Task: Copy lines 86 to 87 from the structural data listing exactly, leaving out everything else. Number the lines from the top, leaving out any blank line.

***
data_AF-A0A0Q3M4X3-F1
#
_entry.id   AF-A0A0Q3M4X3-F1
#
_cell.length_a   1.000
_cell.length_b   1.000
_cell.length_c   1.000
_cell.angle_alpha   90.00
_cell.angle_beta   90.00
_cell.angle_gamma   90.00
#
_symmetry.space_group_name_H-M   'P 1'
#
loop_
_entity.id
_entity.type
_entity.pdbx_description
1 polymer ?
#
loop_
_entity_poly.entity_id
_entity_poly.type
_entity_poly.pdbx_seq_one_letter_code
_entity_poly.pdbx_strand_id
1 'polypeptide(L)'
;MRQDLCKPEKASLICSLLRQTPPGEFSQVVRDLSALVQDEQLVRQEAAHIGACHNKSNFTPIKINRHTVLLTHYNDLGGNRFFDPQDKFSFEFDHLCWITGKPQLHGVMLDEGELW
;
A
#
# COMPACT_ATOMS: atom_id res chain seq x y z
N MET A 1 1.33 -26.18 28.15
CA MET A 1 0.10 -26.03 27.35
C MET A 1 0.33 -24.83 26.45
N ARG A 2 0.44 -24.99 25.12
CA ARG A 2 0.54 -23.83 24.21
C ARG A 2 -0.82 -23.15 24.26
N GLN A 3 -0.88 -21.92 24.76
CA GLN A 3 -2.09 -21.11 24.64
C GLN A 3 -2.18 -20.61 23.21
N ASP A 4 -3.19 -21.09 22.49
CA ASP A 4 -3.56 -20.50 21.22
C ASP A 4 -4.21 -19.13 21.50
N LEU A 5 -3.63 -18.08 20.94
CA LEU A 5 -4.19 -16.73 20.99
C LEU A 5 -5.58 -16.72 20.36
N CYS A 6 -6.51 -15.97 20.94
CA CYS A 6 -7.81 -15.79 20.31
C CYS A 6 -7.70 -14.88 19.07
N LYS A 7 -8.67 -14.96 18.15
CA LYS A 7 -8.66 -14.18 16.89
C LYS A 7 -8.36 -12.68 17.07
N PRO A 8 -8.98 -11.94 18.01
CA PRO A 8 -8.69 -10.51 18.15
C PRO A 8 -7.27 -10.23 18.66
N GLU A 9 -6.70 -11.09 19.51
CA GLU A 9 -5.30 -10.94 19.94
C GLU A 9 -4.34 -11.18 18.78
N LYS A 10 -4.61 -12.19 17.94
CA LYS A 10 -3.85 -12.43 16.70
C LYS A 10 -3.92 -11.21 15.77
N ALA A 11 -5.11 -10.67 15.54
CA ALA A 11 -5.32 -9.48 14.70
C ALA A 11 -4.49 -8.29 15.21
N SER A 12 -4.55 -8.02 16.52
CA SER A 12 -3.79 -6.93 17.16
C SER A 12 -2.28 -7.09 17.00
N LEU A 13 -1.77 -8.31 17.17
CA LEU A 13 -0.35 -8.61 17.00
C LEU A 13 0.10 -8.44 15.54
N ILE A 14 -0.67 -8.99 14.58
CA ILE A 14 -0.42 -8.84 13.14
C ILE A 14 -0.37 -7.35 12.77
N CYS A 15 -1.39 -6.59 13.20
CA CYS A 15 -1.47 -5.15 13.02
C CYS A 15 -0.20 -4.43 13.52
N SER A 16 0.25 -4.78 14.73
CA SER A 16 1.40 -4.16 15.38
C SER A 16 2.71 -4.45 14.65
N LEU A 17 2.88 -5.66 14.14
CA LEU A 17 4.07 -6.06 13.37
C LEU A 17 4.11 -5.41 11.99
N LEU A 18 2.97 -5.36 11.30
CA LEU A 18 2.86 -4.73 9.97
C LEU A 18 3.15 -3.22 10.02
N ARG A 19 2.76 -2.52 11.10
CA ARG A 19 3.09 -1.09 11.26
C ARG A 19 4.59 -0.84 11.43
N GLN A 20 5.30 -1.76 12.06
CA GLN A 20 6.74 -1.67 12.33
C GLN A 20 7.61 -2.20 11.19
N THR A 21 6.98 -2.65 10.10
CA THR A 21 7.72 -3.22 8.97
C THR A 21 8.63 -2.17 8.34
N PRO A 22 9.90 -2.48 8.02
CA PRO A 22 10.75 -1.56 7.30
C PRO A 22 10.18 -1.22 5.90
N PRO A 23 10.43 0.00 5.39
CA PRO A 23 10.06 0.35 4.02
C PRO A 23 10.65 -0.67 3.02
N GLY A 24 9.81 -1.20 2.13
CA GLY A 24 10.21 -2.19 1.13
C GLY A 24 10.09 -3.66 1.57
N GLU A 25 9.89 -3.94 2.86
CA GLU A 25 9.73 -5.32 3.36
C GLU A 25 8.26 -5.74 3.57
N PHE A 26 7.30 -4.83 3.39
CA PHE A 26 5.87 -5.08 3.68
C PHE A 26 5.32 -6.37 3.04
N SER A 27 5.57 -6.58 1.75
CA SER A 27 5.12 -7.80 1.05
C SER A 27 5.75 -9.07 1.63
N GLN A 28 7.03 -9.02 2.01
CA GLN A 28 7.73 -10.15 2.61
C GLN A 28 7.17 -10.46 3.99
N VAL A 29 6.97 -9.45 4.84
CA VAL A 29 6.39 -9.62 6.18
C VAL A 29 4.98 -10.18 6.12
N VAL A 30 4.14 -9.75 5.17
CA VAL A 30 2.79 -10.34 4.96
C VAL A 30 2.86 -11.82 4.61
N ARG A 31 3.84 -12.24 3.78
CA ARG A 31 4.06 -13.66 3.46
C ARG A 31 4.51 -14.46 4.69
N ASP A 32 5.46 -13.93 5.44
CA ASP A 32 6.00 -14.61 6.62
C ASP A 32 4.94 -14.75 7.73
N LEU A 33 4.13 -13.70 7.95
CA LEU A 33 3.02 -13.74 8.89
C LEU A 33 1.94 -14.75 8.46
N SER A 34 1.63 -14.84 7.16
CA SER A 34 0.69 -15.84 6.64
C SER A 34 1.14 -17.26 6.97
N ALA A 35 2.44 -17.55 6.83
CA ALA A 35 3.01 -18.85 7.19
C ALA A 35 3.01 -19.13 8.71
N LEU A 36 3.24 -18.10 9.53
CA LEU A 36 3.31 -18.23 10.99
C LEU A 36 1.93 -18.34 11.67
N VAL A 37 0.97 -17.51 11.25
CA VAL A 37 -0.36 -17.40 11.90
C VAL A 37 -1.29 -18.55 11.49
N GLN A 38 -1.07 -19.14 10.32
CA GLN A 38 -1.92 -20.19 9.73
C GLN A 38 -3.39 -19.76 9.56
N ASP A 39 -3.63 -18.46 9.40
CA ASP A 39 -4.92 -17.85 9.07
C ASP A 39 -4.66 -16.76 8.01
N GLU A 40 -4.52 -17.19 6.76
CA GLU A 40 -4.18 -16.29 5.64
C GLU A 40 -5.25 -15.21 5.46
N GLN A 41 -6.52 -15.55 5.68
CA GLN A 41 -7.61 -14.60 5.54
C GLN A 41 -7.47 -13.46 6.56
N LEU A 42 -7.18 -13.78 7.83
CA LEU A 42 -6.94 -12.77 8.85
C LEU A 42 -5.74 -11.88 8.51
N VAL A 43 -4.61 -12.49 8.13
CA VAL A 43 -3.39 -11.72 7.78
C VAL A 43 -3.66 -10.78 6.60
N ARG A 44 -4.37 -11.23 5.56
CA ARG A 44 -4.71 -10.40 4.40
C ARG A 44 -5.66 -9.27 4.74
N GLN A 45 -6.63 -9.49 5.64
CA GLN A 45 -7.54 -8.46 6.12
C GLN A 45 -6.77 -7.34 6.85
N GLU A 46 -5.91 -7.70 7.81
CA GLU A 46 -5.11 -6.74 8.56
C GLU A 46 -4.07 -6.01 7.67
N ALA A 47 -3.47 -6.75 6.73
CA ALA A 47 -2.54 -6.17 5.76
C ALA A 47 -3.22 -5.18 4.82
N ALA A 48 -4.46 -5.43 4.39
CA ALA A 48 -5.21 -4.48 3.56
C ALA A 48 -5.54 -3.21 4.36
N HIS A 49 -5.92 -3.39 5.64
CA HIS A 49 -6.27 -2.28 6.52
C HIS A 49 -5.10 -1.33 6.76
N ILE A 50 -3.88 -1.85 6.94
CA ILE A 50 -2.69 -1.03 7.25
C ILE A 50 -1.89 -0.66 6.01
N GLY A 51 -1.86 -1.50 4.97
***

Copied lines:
CA ARG A 19 3.09 -1.09 11.26
C ARG A 19 4.59 -0.84 11.43